Basic information for the facilitator: Learning more about treating each other with care and respect: Children between two and three years of age start to understand the difference between themselves and others. They begin to identify and recognize themselves, as well as give value to themselves. It is one of the most important moments in a child’s development when they start to depend on outside information, and construct a sense of SELF: A SELF that is secure, independent and confident in him/herself and in others - in contrast to a SELF that is insecure, dependent, lacking confidence and doesn’t believe in him/herself or in others. The difference between the two depends on how a child is treated by their parents and caregivers or extended families, but primarily by their parents. Carl Jung defines this stage as one where a mother should start to “teach a child to trust in love” and a father should start to “teach a child to trust in life.” One parent should teach what it means to give and receive trust and what it means to love, while the other should teach what is trustworthy and safe about life. At this age it is also important to teach faith in God through the promises in the Word of God and through prayer.

section 8 / 3 years • meeting 47

88 It is recommended that you use the technique of the 3A’s to help support children in their personal development: Attention, Acceptance, and Affection.

1- Attention: It is very important that a child at this age (and actually, until the age of 18) receive

attention from the people closest to them. This means that their primary needs are taken care of: food, daily hygiene, sleep, they are listened to and feel the freedom to talk about what is important to them. It is also important that they feel they are being taken seriously, and not laughed at. For them, everything is important. Laughing, mocking or joking about the child and not listening to them doesn’t give importance to what they say, it doesn’t give them space to talk with the family and it sends the message “I’m not worth listening to – I’m not loved enough to be paid attention to”, etc.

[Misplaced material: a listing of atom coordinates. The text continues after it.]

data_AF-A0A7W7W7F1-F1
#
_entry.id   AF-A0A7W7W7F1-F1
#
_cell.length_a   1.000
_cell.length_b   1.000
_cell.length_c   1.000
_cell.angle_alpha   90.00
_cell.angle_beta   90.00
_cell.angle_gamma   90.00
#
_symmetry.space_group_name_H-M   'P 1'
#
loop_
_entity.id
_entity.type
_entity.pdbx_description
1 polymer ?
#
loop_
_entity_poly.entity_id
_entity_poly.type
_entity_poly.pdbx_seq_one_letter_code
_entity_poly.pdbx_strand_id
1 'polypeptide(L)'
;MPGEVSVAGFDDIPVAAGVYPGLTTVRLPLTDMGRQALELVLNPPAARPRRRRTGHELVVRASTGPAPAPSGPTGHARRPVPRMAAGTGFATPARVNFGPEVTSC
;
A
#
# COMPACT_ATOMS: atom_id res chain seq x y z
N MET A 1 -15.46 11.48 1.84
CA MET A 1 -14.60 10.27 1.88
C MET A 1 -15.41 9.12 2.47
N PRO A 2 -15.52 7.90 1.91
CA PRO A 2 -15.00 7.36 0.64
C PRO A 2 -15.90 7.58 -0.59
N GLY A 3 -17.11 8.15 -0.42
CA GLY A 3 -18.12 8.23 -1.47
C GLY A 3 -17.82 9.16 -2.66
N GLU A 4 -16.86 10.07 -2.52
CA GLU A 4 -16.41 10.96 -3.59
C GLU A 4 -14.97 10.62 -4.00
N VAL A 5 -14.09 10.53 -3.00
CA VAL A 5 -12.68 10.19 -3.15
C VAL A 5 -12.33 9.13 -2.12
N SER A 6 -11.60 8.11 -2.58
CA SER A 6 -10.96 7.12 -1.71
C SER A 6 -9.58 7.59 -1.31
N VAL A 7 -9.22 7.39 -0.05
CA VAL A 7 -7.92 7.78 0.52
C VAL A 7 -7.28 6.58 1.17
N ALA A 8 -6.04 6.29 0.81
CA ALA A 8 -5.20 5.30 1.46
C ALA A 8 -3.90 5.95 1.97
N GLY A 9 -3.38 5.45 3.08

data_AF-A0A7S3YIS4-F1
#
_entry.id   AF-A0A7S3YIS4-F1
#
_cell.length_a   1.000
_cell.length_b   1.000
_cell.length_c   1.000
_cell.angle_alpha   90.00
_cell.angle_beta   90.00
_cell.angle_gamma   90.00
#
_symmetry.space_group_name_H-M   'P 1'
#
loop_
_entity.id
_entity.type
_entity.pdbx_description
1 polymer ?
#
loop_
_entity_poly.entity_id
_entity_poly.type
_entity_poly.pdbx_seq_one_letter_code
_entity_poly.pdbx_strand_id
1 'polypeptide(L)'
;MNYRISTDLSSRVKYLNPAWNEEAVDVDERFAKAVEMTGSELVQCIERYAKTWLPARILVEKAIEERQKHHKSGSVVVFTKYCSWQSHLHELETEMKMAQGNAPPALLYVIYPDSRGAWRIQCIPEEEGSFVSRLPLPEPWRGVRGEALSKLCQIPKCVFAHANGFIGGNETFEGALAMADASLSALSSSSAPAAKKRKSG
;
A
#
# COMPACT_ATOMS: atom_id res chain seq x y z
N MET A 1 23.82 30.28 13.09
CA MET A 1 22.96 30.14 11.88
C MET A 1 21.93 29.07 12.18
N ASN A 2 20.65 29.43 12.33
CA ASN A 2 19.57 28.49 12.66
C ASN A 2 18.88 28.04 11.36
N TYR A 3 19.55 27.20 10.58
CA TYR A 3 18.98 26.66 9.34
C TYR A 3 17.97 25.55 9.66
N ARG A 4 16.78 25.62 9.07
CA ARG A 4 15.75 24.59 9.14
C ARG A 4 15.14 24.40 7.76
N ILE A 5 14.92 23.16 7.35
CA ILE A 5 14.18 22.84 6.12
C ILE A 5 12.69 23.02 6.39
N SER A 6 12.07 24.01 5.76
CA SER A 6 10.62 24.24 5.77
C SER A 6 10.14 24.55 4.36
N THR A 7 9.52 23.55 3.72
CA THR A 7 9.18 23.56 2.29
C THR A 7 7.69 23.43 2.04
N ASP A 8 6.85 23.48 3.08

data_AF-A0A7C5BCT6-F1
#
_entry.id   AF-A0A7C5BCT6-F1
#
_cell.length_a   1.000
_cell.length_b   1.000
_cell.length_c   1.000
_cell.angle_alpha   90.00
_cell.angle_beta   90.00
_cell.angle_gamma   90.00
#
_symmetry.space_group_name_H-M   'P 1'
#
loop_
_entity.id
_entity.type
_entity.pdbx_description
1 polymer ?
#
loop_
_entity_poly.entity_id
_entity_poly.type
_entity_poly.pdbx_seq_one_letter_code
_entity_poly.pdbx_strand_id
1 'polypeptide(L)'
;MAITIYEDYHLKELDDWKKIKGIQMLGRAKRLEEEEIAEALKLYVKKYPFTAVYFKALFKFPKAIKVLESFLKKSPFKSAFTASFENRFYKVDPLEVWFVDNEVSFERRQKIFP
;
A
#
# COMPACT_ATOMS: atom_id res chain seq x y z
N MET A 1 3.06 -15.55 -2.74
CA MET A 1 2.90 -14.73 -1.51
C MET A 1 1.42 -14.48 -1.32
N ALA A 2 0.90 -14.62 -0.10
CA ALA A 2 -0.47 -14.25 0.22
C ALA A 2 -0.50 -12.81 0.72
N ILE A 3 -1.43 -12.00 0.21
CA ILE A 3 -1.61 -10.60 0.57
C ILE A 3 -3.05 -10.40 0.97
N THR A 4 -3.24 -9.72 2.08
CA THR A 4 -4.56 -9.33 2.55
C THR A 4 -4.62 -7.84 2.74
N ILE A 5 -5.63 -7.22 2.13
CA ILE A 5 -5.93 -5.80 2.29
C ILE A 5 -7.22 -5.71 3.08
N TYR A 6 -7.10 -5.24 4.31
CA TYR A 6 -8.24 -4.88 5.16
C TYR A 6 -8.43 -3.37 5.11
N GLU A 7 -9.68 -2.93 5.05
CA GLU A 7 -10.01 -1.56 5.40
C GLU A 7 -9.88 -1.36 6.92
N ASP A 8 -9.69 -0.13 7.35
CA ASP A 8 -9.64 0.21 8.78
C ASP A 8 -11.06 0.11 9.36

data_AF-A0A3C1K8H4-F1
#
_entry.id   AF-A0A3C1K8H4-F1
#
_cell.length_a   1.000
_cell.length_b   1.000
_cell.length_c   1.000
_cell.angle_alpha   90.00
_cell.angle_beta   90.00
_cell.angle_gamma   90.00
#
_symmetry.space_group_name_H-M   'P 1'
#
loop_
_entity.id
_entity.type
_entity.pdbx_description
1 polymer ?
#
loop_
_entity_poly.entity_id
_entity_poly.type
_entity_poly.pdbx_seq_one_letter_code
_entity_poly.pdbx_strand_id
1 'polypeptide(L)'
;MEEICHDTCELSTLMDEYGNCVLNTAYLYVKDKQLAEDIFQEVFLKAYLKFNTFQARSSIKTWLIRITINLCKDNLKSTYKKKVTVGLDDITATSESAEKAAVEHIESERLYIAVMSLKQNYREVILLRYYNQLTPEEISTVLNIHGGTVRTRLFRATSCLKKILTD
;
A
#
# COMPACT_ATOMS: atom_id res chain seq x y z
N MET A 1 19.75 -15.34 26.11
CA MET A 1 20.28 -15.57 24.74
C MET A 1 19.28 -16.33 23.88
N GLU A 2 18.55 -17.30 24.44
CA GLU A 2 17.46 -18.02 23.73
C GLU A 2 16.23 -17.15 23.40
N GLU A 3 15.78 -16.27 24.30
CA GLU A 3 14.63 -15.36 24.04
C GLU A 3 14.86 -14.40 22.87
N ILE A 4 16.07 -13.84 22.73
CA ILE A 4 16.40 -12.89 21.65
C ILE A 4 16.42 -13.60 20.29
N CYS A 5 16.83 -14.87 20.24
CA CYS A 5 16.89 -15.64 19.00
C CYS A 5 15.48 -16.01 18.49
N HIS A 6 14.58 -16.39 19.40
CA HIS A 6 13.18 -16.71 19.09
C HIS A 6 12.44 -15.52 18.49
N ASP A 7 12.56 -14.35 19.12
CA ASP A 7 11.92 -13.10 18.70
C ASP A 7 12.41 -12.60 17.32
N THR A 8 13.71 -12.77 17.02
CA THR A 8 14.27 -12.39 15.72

2-Acceptance: After a child receives attention he/she should be able to feel total and absolute

acceptance for being EXACTLY AS THEY ARE, both physically and emotionally: Physically, they should feel accepted and valued whether they are tall, thin, curly or straight haired, with whatever eye color, etc. Emotionally, no matter how they behave (even if it’s negative) they should feel understood and not judged nor harshly labeled. For example: never tell children that they look like their ugly single aunt or like their fat uncle, or that they are as thin as a stick. We should always do our part to speak with kind words – respecting the child by saying nice things, like: “what pretty eyes you have, your hair looks nice, that shirt is lovely on you, what a nice walk, etc”. Always talk about how a child acts instead of labeling them with that action, for example, don’t say: “you’re a coward, you’re a tantrum-thrower, you’re a crybaby”, etc. Instead speak of when you feel scared, or when you are mad - what can be done to resolve it. When a child is crying first try to calm them and then talk about it – never labeling or mocking him or her. Throughout the day there are many moments that give us the opportunity to show children that they are valued, accepted and are not being judged, labeled, or critiqued. It is important to introduce the concept that God has made us how we are and we have huge potential, even if we are still very small.

3- Affection: Children who have received care, affection and love from their parents and

caregivers from a very young age, have the opportunity to feel good, accepted, cared for and valued. Contact with children at this age should be very close, with hugs, kisses and other demonstrations of love, words of affection and worth. A child will learn that it is normal to show affection to those that we love, and that it is something that both parents can give. Children will soon learn to give these expressions of affection. In contrast, the absence of affection reinforces a low self-image, making children feel that they don’t deserve affection, leading to a total sense of personal insecurity.

Facilitator’s Manual


Let’s review: section 8 meeting Once the meeting starts, welcome everyone and ask the participants: Who can help us remember what we talked...